In this lesson students describe the observable landscape and weather features of the place in which they live.
Use slides 1 and 2 of the PowerPoint presentation Where in the World? to set the learning context.
Show the students the video clip Australian children’s song – True Blue Wonders to give them clues about this science unit.
Ask the students for suggestions on what they will be learning. Display slide 2 and explain unit focus.
- Big picture
Show slides 3 and 4 of the PowerPoint presentation Where in the world? to start a discussion about a broader view of our home, the Earth. Proceed through the remainder of the slides showing students the examples of children who live in different parts of the world. Suggest to the students that the daily lives of children can vary greatly depending on where they live. Invite students to share some experiences of living in different countries.
- Focus on Australia
Open the PowerPoint presentation Our home, Australia. Invite students to name the country we live in and then the town or city where their school is located. Display slide 2 (the map of Australia) and ask students to share what they know about Australia (eg surrounded by water, desert in the centre). Select a student to point to where their school is located on the map. Use warmer and colder clues to help the student identify the school location. Mark with a label. Click on the different images in slide 3 to demonstrate that even in Australia lives can be very different depending on where people live.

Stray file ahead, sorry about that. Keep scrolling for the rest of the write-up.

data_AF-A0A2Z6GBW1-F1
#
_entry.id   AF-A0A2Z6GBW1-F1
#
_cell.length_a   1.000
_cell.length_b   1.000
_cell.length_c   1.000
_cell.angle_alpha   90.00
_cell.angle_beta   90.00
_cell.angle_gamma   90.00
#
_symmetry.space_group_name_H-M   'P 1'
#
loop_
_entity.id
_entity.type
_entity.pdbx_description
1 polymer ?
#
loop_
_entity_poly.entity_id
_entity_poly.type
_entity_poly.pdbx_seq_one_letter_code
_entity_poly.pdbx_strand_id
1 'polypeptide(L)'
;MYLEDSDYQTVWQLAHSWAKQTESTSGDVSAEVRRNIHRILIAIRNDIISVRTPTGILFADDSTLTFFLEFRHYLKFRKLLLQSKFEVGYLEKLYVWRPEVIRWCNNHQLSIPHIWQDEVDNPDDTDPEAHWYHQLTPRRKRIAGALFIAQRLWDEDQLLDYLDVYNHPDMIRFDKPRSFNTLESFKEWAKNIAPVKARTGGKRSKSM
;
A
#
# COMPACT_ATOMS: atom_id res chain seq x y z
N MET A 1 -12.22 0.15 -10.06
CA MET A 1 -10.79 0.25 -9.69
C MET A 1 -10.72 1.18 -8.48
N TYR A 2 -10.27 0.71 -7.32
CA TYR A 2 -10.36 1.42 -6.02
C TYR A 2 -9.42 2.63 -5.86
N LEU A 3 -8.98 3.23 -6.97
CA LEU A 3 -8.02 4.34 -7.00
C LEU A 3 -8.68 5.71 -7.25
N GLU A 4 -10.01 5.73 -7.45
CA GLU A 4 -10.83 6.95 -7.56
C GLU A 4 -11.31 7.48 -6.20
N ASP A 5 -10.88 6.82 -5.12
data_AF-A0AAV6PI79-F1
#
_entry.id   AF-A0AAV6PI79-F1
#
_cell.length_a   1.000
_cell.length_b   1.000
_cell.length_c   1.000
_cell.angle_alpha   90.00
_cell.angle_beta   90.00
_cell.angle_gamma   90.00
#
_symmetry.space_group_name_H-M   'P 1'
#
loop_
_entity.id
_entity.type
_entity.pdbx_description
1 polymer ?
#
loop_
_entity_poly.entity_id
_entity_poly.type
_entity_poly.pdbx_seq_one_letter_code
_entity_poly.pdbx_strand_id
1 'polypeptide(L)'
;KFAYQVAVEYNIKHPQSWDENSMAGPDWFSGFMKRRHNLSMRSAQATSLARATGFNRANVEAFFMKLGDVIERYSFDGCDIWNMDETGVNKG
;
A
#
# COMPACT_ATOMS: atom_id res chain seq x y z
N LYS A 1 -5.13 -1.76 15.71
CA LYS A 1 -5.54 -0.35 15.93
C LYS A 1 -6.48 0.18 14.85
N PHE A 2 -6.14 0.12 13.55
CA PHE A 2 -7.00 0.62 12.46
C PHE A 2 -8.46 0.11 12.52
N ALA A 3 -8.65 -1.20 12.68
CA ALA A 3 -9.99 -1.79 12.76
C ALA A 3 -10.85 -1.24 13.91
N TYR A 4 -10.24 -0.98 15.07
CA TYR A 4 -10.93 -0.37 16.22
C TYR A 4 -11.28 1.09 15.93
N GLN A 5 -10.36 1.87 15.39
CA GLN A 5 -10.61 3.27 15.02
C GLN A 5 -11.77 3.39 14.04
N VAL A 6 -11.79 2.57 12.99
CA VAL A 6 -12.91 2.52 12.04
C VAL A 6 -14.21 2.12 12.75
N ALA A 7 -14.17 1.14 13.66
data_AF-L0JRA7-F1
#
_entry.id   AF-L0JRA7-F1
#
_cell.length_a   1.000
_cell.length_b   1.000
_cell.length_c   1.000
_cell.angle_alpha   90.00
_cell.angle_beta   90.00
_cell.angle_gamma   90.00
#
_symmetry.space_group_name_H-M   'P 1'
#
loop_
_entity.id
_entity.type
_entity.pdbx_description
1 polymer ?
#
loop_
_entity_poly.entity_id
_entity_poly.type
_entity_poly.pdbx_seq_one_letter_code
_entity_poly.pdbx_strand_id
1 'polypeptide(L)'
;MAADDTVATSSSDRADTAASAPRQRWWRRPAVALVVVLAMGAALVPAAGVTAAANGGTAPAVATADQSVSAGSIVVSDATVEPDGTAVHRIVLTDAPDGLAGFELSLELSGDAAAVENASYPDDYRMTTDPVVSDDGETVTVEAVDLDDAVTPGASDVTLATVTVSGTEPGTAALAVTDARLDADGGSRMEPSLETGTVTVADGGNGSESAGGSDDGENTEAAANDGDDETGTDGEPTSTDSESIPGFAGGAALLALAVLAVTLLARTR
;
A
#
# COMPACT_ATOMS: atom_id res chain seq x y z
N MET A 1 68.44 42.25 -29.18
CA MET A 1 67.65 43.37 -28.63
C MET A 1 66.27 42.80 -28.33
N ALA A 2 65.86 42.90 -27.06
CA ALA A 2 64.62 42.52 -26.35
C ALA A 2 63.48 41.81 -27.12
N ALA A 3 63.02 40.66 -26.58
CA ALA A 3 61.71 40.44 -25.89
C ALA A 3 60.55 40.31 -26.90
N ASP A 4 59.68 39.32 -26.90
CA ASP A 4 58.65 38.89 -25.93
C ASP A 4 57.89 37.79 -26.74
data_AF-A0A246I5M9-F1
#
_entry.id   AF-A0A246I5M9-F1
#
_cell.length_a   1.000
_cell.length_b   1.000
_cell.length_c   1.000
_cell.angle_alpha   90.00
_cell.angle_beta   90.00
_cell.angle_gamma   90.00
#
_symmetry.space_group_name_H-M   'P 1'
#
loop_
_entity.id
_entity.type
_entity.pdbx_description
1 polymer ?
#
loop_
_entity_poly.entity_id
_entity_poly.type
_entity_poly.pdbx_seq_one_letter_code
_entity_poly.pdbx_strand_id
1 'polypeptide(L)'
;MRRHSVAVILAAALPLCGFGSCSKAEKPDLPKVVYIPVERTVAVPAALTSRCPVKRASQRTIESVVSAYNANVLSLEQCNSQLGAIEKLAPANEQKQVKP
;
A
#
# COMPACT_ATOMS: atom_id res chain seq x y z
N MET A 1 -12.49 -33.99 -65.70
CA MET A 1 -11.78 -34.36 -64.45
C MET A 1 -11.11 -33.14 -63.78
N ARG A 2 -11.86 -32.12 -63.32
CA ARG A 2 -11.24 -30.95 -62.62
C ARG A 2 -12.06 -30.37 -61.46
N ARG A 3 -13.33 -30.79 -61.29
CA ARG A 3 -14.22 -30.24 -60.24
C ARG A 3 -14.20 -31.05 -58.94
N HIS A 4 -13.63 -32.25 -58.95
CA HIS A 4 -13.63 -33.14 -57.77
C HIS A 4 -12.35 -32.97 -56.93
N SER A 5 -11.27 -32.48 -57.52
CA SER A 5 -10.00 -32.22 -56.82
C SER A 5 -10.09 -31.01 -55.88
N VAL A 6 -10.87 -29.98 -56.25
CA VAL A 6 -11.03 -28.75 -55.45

- Focus on the local area
Organise students into pairs to discuss how they would explain their school and local area to someone from another part of Australia. Regroup and record ideas in the class science journal. Use the questions on slide 4 to prompt discussion on local weather.
Teacher note: Information on class science journals can be found in the Background information from Unit 1: Needs of living things.
- Field walk
Take students outside to observe the current weather conditions and the features of the sky. Model observation techniques they will be using in small groups during the unit. Emphasise using all their senses. Model using a streamer blowing in the wind to observe wind strength and use terms like ‘light’, ‘strong’ and ‘gusty’. Allow students to use streamers. Ask students the following questions.
- How could we describe the weather at the moment?
- What features can you see in the day sky?
- Do you know what season we are in at the moment? What tells us this?
- Do you think this is what the weather is usually like during this season?
- Has the weather changed since this morning? In what way?
- What do you think the weather might do later in the day?
- How is today’s weather affecting us – our clothes, playtime, how we feel, what we can do?
- What other types of weather do we get here?
(If appropriate, discuss setting up a container for collecting and measuring rainfall and a thermometer to measure temperature.)
- Return to class
Students sit in front of class science journal. Display an A3 example of the Weather observation chart the students will use and slide 5 on the PowerPoint presentation Our home, Australia. Model and discuss how to use the chart to record weather observations. Display a clipboard with an A4 chart attached and nominate a group of three students to do the next day’s observations.
Instruct students to open their science journals and draw a picture of their favourite type of day sky. Leave slide 5 displayed for simple examples of day sky shapes.